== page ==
K-State needed a game to get well after taking a beating from Mississippi State. Last week’s 41-17 win over UTSA largely provided that, as K-State settled on a quarterback, held UTSA to seven non-garbage-time points, and moved up 17 places in the S&P ratings.
But play time is over and a trip to Morgantown awaits. The Wildcats face West Virginia at 2:30 p.m. CDT on Saturday in a game nationally broadcast on ESPN. It will take the best effort we’ve seen from this team this year to avoid another beatdown on national television.
Players to Watch
Passing: Skylar Thompson, 28-49-1, 360 yards, 7.3 yards/attempt, 4 TDs, 120 yards/game
Rushing: Alex Barnes, 51 carries, 228 yards, 4.5 yards/carry, 1 TD, 76.0 yards/game
Receiving: Isaiah Zuber, 14 receptions, 223 yards, 15.9 yards/reception, 3 TDs, 74.3 yards/game
Passing: Will Grier, 46-60-1, 761 yards, 12.7 yards/attempt, 9 TDs, 380.5 yards/game
Rushing: Leddie Brown, 23 carries, 148 yards, 6.4 yards/carry, 1 TD, 74.0 yards/game
Receiving: Gary Jennings, 12 receptions, 210 yards, 17.5 yards/reception, 4 TDs, 105.0 yards/game
West Virginia’s offense ranks fourth nationally by S&P+, and it’s not difficult to see why. Having a QB averaging double-figure yards per attempt and a running back averaging better than six yards per carry will do that. Granted, the Mountaineers have only played Tennessee (57th nationally by defensive S&P+) and a 1-2 Youngstown State team. But the hallmark of a good team is beating up on bad teams, so here we are.
Defensively, linebacker David Long, Jr., leads the way with 23 total tackles, including 2.5 TFL. Defensive linemen Darius Stills and Kenny Bigelow, Jr., have 2.5 sacks apiece. Safety Dravon Askew-Henry is the only ‘eer to record an interception on the season. Fellow safety Josh Norwood has two pass breakups and 2.0 TFL.
Big thanks to jeffp for the charts again.
Mismatches abound in a game between a team rated 15th by S&P+ and a team rated 75th. K-State’s defensive weakness, which is stopping the run, will be tested less by a West Virginia offense coordinated by Jake Spavital than by most other teams. But the Wildcats front six will have to hold their ground against the run game to free up the secondary against Grier, Jennings and David Sills, or it will be a long day.
It will be strength on (relative) strength when Grier drops back to pass. K-State’s secondary has been game this year, posting respectable efficiency and explosiveness numbers. But West Virginia will be by far the most difficult test faced thus far. The Mountaineers’ top two receivers, Sills and Jennings, run 6’4” and 6’2”, respectively. Duke Shelley and whoever else is playing at cornerback will be giving up a lot of height.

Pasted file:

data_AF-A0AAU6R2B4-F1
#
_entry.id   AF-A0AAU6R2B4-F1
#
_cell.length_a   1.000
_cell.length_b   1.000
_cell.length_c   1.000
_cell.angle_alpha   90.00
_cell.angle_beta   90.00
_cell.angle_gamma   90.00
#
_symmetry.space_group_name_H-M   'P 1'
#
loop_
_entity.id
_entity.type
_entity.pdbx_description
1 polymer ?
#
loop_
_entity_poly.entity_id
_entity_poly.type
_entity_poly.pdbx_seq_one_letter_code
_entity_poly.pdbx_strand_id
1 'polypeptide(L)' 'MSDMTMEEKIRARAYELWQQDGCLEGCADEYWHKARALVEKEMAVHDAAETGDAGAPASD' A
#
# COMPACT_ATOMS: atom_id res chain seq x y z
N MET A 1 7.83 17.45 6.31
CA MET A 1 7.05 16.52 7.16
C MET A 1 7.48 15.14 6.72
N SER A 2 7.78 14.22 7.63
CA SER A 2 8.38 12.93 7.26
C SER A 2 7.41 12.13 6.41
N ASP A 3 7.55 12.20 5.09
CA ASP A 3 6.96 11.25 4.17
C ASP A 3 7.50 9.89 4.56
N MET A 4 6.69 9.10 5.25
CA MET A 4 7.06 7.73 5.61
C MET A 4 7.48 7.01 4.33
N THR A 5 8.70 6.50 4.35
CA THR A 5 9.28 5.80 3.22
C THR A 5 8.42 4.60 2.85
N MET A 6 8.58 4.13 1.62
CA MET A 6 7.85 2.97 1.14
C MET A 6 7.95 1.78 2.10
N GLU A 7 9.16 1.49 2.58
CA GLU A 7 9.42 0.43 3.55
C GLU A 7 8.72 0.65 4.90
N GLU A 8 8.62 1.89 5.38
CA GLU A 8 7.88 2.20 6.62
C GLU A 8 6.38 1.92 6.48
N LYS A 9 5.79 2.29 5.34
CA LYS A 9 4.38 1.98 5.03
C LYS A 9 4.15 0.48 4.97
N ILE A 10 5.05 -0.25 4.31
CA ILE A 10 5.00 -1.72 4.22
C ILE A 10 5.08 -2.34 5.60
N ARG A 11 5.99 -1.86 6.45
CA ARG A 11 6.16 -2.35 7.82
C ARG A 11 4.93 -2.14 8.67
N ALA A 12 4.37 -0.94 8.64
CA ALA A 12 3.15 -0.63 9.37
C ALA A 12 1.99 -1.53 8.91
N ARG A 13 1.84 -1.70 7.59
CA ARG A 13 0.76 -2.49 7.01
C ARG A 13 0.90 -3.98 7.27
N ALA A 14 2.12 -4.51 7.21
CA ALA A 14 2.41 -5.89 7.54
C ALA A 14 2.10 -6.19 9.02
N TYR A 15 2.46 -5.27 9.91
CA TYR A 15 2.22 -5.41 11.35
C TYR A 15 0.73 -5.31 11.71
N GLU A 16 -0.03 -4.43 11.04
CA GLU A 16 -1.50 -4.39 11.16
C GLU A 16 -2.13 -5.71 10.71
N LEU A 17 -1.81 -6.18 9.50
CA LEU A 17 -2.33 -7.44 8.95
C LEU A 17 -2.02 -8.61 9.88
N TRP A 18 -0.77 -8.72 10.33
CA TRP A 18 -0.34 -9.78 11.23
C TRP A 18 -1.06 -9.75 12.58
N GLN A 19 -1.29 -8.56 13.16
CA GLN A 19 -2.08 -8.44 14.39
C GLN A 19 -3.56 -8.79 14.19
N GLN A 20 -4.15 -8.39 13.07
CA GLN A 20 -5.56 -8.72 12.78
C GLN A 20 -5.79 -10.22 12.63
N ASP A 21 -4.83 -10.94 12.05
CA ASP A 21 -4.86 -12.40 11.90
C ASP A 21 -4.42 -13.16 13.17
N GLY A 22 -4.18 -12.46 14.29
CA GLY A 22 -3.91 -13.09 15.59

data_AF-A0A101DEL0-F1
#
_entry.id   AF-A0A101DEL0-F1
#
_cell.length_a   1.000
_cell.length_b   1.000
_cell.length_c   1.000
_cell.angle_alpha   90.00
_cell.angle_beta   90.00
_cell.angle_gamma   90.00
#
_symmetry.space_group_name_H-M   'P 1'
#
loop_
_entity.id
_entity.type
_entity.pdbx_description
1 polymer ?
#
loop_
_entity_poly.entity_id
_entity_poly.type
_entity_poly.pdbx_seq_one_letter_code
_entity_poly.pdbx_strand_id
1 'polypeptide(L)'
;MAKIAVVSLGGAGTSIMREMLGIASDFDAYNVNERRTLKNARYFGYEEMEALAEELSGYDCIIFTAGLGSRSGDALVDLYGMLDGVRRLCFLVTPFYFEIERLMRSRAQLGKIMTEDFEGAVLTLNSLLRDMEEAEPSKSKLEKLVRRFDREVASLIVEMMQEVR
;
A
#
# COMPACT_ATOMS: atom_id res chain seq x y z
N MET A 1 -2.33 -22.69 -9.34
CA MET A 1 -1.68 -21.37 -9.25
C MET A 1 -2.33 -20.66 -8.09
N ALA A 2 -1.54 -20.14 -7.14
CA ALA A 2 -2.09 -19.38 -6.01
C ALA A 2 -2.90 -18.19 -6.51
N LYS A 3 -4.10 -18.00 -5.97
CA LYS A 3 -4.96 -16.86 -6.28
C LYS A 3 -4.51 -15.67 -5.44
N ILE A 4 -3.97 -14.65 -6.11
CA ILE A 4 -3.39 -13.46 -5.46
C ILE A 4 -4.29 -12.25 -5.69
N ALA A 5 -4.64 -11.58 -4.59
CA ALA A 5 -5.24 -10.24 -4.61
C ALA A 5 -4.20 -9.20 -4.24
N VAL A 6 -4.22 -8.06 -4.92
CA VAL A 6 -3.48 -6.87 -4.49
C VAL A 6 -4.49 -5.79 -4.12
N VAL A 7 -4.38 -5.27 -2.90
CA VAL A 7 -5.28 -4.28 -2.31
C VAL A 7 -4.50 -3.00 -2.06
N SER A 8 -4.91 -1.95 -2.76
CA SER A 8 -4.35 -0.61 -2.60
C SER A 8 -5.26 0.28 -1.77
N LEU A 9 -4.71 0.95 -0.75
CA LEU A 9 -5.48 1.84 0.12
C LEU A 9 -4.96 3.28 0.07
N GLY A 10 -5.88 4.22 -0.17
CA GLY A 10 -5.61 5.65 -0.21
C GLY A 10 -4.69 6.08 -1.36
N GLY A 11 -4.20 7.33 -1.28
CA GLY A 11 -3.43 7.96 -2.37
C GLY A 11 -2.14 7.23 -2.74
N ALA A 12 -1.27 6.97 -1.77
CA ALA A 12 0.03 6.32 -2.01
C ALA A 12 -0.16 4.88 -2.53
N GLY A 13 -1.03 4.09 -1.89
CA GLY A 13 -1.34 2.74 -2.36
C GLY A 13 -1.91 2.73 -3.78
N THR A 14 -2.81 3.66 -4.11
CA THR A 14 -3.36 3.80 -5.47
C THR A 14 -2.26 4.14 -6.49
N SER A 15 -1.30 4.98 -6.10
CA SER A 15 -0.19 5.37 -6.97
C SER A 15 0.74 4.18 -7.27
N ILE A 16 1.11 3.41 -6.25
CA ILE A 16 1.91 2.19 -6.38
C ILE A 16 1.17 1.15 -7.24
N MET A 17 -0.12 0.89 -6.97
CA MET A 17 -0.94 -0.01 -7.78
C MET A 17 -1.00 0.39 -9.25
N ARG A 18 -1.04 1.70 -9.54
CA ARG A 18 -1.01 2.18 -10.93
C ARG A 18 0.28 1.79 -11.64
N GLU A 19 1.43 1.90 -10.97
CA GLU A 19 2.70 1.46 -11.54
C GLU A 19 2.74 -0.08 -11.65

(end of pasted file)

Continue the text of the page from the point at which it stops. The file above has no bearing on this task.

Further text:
If there’s good news in this matchup, then it’s West Virginia’s defense. The Mountaineers rate only 81st overall by S&P+. K-State may have found something of an identity last week by sticking with Skylar Thompson at quarterback, which seemed to free him up somewhat. But even against WVU’s relative weakness, there are no obvious advantages for K-State.
Vegas favors West Virginia by 16.5, and S&P+ expects them to cover that. Winning this game is highly unlikely, but what can K-State do to keep things interesting and have a chance?
On offense, more variety in the run game may open things up. Against UTSA, K-State pulled their linemen more frequently, rather than working out of straight-ahead zone sets. This allows our athletic linemen to get out in space a bit, which works to their advantage. Beyond that, the motion can be used effectively on play-action and RPOs. If K-State can find some early success with Alex Barnes and Skylar Thompson in the run game, then WVU’s aggressive safeties may start trying to get in on the action, leaving them vulnerable to deep shots to Zuber and Dalton Schoen.
Defensively, it comes down to two things. The defensive line has to get better. Our defensive tackles have consistently lost at the point of attack, leaving our linebackers vulnerable to climbing linemen and trying to navigate through traffic while tracking down running backs. Getting Elijah Sullivan on the field would help a lot, too. The junior from Georgia is the best linebacker we have right now and would be a big help against the run.
Realistically, K-State needs some help in this one. West Virginia turned the ball over four times last year in Manhattan, and barely escaped with a 28-23 win. K-State will need to win the turnover battle by at least two, score off a big play on offense, and get either a defensive or special teams score to have any sort of a chance in this one. Stranger things have happened, but that’s not the kind of eventuality you bet on.
Mountaineers 42, K-State 23